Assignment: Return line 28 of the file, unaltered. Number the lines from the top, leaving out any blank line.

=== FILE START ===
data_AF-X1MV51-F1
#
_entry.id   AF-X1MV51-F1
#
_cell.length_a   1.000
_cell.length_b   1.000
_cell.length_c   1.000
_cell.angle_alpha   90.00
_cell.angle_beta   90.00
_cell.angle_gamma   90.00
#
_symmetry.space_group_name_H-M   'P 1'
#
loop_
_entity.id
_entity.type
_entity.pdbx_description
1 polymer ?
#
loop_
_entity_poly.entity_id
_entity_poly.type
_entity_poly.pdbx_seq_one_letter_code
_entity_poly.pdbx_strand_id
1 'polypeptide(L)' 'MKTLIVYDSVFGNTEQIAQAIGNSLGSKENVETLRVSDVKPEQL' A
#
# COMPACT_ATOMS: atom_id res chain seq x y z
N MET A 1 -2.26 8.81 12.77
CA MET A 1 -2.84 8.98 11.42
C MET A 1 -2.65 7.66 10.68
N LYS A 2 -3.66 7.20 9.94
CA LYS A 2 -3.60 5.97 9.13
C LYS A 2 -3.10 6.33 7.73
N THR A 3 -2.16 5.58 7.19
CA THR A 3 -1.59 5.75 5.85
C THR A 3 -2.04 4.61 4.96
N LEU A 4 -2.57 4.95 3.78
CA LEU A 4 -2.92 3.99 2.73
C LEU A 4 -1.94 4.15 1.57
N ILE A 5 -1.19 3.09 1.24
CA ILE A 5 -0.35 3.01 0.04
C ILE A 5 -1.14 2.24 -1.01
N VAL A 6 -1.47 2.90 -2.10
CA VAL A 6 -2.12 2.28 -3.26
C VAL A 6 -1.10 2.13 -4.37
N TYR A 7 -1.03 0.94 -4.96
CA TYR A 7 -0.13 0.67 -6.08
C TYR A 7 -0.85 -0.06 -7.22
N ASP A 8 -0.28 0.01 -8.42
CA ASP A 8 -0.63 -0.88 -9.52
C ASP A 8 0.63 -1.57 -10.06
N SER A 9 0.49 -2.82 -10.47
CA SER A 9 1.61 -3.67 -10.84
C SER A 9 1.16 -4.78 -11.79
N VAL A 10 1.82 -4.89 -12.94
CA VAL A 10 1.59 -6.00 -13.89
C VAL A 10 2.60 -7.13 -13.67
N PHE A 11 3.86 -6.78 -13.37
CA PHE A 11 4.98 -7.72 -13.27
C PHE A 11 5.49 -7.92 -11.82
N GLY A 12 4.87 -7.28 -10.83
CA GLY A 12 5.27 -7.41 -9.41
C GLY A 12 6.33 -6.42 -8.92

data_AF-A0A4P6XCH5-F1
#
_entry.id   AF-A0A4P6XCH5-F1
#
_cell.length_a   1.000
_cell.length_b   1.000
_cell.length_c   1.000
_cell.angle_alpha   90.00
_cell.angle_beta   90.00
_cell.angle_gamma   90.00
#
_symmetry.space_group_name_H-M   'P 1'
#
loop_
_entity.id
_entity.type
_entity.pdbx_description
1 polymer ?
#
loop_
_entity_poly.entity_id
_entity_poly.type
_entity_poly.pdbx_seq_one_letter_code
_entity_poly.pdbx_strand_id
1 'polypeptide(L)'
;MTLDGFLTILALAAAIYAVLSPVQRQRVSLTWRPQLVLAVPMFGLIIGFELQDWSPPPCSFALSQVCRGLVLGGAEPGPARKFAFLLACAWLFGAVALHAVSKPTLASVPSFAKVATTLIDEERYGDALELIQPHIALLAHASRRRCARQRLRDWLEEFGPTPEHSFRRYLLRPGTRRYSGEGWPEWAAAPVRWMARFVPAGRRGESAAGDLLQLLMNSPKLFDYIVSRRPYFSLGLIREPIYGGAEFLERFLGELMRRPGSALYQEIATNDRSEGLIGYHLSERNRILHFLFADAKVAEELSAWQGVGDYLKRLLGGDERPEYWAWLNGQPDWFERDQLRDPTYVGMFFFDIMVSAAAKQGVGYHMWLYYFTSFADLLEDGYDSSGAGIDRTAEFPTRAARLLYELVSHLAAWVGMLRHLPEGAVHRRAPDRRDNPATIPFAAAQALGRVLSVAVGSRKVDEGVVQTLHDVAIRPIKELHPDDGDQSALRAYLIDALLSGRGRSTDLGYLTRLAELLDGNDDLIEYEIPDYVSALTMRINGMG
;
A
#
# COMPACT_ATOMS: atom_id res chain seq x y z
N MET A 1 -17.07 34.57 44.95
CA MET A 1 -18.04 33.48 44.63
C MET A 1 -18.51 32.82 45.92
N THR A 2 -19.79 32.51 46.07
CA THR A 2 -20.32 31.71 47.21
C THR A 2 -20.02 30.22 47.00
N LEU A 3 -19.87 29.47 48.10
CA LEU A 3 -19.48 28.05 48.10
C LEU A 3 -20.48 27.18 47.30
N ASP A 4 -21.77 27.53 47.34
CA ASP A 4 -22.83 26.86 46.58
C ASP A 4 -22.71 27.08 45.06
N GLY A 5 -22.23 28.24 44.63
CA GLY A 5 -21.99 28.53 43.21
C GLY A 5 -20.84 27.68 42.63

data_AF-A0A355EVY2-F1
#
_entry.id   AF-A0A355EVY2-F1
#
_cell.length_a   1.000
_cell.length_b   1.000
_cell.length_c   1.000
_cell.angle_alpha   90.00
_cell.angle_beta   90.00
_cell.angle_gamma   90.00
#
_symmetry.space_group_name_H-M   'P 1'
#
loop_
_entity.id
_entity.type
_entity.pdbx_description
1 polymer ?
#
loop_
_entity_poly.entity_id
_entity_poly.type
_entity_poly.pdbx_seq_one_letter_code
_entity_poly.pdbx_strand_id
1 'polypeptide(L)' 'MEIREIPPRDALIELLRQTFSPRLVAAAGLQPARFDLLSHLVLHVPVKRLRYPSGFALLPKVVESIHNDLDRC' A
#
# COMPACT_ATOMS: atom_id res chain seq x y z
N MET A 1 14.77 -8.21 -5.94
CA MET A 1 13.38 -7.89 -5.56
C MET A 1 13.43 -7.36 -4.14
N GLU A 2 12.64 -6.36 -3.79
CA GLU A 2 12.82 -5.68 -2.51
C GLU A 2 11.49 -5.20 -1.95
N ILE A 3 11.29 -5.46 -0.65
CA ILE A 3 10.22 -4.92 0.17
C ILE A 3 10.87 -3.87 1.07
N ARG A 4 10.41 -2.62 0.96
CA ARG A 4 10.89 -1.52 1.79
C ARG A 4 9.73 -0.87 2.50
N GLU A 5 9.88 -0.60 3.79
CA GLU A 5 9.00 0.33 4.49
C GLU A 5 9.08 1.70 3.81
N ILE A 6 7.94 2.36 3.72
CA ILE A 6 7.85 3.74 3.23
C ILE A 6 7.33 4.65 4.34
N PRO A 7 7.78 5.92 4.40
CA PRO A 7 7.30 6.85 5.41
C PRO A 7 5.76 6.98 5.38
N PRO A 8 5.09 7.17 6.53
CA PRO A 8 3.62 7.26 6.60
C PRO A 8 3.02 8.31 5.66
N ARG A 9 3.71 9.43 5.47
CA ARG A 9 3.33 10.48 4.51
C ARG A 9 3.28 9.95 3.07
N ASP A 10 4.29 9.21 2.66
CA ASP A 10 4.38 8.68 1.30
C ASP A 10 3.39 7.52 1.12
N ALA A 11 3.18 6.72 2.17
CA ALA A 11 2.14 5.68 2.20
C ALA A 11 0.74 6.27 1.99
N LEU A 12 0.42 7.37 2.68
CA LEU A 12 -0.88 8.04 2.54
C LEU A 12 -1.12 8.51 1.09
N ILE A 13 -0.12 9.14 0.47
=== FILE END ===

N MET A 1 -2.26 8.81 12.77